iPad generated nearly 100% of media tablet revenues in 2010

iPad 2

Today, Gartner revealed that spending on media tablets was $9.6 billion last year. Based on Apple financial releases, iPad generated $9.566 billion in revenue during the year -- well, the three quarters the tablet was available. By that reckoning, the other media tablets generated just $34 million in revenue.

I find $34 million to be astonishing, and puts a different perspective on IDC's media tablet shipment data, which gave iPad 83 percent market share for 2010. Until real competitors emerge, iPad owns the media tablet market. Cash is king, market share is the court jester.

During Apple's fiscal 2011 first quarter, which coincided with fourth calendar quarter 2010, iPad's average selling price was $600. Prices range from $499 to $829. Apple shipped 7.331 million iPads for the quarter and 14.789 million for the year -- just in nine months. Analyst projections for second fiscal quarter are as high as 8 million, but much depends on the impact of iPad 2 shortages, which won't be known until Apple announces earnings in about three weeks.

The iPad 2 went on sale in the United States on March 11. Apple expanded sales to 25 more countries on March 25, but with only two days of availability before fiscal second quarter ended.

Meanwhile, competitors have yet to release viable alternatives. The Motorola XOOM looks promising, but owners must send tablets back to the factory for 4G upgrades. Google now claims that Android 3.0 "Honeycomb" isn't finished. (So why is it shipping on XOOM?) Perhaps this explains why the hottest new Honeycomb tablets are still months from shipping. Next month, Research in Motion will begin shipping its PlayBook tablet in volume. PlayBook will be the most immediate contender to iPad 2, and it's no coincidence RIM chose like pricing for WiFi models: $499 (16GB); $599 (32GB); and $699 (64GB).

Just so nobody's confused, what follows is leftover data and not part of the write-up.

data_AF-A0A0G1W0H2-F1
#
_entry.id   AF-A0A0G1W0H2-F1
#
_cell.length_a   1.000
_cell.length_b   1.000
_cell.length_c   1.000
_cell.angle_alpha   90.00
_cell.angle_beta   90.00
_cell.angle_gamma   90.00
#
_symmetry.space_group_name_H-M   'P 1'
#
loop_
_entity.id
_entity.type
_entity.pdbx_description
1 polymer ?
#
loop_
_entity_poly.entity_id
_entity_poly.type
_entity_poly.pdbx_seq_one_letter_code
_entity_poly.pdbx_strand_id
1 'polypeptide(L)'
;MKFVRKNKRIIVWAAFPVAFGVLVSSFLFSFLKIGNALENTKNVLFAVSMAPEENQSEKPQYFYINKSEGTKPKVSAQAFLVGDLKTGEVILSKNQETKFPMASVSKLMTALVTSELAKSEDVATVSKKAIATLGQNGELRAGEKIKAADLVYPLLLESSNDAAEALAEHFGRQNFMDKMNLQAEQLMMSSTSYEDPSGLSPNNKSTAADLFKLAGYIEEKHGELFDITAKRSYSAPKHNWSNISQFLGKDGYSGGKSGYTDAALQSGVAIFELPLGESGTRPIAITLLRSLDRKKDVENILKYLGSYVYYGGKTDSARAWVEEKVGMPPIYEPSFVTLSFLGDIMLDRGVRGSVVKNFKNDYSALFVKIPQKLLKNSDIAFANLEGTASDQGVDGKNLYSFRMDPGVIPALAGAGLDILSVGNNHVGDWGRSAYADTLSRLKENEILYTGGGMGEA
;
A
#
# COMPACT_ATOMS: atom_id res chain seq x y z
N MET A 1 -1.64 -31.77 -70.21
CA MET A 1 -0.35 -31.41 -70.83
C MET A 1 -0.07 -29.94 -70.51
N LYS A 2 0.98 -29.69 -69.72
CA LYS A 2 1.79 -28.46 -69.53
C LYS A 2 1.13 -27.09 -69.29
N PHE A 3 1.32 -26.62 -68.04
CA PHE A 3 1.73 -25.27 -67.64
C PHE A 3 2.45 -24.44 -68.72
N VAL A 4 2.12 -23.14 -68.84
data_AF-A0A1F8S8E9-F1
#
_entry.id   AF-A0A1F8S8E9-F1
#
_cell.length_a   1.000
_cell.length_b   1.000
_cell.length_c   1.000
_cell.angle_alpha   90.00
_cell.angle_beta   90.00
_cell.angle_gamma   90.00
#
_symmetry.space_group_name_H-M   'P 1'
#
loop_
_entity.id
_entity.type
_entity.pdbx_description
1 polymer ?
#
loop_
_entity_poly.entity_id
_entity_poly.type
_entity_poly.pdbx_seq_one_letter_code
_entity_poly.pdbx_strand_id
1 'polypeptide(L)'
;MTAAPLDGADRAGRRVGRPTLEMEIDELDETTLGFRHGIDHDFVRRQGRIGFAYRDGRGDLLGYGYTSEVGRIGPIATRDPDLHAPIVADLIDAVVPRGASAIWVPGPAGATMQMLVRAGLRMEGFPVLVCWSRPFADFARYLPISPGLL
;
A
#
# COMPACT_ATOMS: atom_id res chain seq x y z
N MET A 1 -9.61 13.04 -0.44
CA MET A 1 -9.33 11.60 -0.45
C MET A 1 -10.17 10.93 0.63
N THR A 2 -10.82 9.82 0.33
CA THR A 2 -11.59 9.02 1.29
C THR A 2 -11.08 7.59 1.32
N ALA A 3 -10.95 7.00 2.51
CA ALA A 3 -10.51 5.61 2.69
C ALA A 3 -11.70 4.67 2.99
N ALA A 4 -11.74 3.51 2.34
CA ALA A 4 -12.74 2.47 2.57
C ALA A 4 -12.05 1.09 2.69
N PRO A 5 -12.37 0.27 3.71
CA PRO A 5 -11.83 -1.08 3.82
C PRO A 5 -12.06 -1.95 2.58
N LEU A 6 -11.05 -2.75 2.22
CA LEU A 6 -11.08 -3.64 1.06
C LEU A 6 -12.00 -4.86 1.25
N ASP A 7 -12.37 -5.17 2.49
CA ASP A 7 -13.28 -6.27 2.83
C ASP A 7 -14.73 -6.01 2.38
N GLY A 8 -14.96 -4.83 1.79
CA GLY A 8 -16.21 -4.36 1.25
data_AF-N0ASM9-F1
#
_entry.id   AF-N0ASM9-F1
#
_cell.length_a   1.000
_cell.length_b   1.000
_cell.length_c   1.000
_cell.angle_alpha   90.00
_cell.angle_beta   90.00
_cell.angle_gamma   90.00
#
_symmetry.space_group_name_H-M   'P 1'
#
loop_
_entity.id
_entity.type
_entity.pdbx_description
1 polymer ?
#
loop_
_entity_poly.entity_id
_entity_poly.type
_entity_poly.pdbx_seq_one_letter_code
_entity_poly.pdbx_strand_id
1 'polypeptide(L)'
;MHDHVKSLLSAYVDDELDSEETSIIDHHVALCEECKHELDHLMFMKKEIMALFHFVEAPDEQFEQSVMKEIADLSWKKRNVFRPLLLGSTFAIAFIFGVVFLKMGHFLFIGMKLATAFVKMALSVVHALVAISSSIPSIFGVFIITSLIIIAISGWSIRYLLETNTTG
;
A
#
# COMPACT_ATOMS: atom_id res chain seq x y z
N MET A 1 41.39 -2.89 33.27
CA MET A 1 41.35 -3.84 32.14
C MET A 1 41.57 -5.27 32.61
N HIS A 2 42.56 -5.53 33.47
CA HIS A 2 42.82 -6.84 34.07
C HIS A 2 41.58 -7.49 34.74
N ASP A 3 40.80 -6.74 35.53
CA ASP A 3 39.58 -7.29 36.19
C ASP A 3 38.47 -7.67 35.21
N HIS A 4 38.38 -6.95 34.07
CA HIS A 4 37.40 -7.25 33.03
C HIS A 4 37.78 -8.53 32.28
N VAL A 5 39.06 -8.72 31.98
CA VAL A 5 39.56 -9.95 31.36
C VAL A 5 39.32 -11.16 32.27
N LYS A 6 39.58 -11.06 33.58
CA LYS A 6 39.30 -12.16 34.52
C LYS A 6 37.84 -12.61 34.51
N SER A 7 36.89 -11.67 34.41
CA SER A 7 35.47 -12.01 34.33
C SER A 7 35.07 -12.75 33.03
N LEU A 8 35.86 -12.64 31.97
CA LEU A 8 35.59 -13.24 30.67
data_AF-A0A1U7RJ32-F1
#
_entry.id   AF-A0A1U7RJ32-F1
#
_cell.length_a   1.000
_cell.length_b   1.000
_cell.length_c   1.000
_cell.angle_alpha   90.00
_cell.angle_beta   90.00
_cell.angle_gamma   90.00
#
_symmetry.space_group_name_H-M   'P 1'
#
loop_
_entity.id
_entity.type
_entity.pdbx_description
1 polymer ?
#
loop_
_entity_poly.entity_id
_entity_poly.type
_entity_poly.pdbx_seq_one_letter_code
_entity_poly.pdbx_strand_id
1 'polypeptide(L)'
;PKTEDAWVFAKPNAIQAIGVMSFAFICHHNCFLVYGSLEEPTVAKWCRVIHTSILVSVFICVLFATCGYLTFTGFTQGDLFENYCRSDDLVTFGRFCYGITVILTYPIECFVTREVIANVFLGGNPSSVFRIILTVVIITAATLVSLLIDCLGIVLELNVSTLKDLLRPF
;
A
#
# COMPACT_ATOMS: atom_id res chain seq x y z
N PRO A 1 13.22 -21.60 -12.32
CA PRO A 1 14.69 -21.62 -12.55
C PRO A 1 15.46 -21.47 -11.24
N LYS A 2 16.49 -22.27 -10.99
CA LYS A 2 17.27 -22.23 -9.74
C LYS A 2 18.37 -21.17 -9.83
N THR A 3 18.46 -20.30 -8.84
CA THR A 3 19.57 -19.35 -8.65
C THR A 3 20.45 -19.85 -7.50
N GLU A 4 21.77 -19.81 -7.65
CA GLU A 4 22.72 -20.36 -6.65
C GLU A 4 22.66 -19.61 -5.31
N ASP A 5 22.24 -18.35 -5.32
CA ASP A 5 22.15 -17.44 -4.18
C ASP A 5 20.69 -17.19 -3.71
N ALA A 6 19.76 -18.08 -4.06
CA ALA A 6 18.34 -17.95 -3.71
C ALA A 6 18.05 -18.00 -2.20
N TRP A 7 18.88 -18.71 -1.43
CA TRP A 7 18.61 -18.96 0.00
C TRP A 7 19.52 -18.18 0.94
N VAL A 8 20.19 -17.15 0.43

The real question then: How much of 2011 media tablet dollars will Apple capture? Gartner predicts media tablet spending of $29.4 billion this year, with an annual average growth rate of 52 percent through 2015. If market share equaled revenue cut -- and Gartner revenue and IDC shipments show it doesn't -- Apple's take would be at least $20 billion, based on IDC's prediction iPad will capture no less than 70 percent market share this year.

Right now, the only thing I see holding back iPad is availability. Apple can't manufacture and distribute enough iPad 2s to meet demand. Then there is breadth of availability. Predecessor iPad 1 was available in 46 countries at the end of fiscal 2011 first quarter. During second quarter, iPad 2 was available in 26 countries but for 25 of them just two days. Even then, the new tablet went on sale in the United States just weeks before the quarter ended.

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